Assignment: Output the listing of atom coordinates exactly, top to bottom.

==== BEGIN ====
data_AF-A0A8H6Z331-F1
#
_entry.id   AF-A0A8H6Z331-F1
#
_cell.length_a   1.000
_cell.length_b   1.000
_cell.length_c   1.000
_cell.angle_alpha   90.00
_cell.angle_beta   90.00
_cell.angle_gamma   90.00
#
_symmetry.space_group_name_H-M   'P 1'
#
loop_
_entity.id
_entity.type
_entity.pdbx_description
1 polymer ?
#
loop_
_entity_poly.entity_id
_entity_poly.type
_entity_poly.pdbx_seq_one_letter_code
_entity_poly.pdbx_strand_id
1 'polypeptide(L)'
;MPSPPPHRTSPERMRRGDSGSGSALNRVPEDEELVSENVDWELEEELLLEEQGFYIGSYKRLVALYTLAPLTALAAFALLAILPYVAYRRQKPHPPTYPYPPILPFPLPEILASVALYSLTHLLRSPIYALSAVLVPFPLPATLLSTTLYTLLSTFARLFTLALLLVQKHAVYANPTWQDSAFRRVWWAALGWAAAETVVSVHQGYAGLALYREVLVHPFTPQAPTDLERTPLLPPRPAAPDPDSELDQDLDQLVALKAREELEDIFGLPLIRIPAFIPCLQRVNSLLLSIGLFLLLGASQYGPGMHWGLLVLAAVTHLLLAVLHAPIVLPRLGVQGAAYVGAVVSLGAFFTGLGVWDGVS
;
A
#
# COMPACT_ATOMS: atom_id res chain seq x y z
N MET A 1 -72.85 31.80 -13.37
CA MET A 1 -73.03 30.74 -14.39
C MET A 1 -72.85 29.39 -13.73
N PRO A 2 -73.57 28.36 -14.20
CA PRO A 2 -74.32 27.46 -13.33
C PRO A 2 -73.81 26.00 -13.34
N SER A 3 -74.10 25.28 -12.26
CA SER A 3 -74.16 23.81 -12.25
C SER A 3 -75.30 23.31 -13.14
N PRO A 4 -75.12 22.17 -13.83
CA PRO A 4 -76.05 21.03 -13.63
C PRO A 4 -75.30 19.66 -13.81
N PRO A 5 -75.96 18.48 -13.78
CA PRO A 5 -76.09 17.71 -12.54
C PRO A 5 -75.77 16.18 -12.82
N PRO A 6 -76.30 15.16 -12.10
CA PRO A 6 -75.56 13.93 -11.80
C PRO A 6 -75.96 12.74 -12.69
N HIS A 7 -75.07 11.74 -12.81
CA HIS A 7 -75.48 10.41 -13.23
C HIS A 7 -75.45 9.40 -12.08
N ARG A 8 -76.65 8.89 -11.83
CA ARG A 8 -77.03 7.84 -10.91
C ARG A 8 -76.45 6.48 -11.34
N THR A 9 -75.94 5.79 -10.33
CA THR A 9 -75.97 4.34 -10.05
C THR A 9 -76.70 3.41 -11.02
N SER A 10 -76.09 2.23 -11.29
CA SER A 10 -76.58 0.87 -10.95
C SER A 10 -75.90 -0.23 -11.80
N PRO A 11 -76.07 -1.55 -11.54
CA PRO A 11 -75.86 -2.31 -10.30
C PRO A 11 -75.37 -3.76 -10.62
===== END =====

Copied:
data_AF-A0A8H6Z331-F1
#
_entry.id   AF-A0A8H6Z331-F1
#
_cell.length_a   1.000
_cell.length_b   1.000
_cell.length_c   1.000
_cell.angle_alpha   90.00
_cell.angle_beta   90.00
_cell.angle_gamma   90.00
#
_symmetry.space_group_name_H-M   'P 1'
#
loop_
_entity.id
_entity.type
_entity.pdbx_description
1 polymer ?
#
loop_
_entity_poly.entity_id
_entity_poly.type
_entity_poly.pdbx_seq_one_letter_code
_entity_poly.pdbx_strand_id
1 'polypeptide(L)'
;MPSPPPHRTSPERMRRGDSGSGSALNRVPEDEELVSENVDWELEEELLLEEQGFYIGSYKRLVALYTLAPLTALAAFALLAILPYVAYRRQKPHPPTYPYPPILPFPLPEILASVALYSLTHLLRSPIYALSAVLVPFPLPATLLSTTLYTLLSTFARLFTLALLLVQKHAVYANPTWQDSAFRRVWWAALGWAAAETVVSVHQGYAGLALYREVLVHPFTPQAPTDLERTPLLPPRPAAPDPDSELDQDLDQLVALKAREELEDIFGLPLIRIPAFIPCLQRVNSLLLSIGLFLLLGASQYGPGMHWGLLVLAAVTHLLLAVLHAPIVLPRLGVQGAAYVGAVVSLGAFFTGLGVWDGVS
;
A
#
# COMPACT_ATOMS: atom_id res chain seq x y z
N MET A 1 -72.85 31.80 -13.37
CA MET A 1 -73.03 30.74 -14.39
C MET A 1 -72.85 29.39 -13.73
N PRO A 2 -73.57 28.36 -14.20
CA PRO A 2 -74.32 27.46 -13.33
C PRO A 2 -73.81 26.00 -13.34
N SER A 3 -74.10 25.28 -12.26
CA SER A 3 -74.16 23.81 -12.25
C SER A 3 -75.30 23.31 -13.14
N PRO A 4 -75.12 22.17 -13.83
CA PRO A 4 -76.05 21.03 -13.63
C PRO A 4 -75.30 19.66 -13.81
N PRO A 5 -75.96 18.48 -13.78
CA PRO A 5 -76.09 17.71 -12.54
C PRO A 5 -75.77 16.18 -12.82
N PRO A 6 -76.30 15.16 -12.10
CA PRO A 6 -75.56 13.93 -11.80
C PRO A 6 -75.96 12.74 -12.69
N HIS A 7 -75.07 11.74 -12.81
CA HIS A 7 -75.48 10.41 -13.23
C HIS A 7 -75.45 9.40 -12.08
N ARG A 8 -76.65 8.89 -11.83
CA ARG A 8 -77.03 7.84 -10.91
C ARG A 8 -76.45 6.48 -11.34
N THR A 9 -75.94 5.79 -10.33
CA THR A 9 -75.97 4.34 -10.05
C THR A 9 -76.70 3.41 -11.02
N SER A 10 -76.09 2.23 -11.29
CA SER A 10 -76.58 0.87 -10.95
C SER A 10 -75.90 -0.23 -11.80
N PRO A 11 -76.07 -1.55 -11.54
CA PRO A 11 -75.86 -2.31 -10.30
C PRO A 11 -75.37 -3.76 -10.62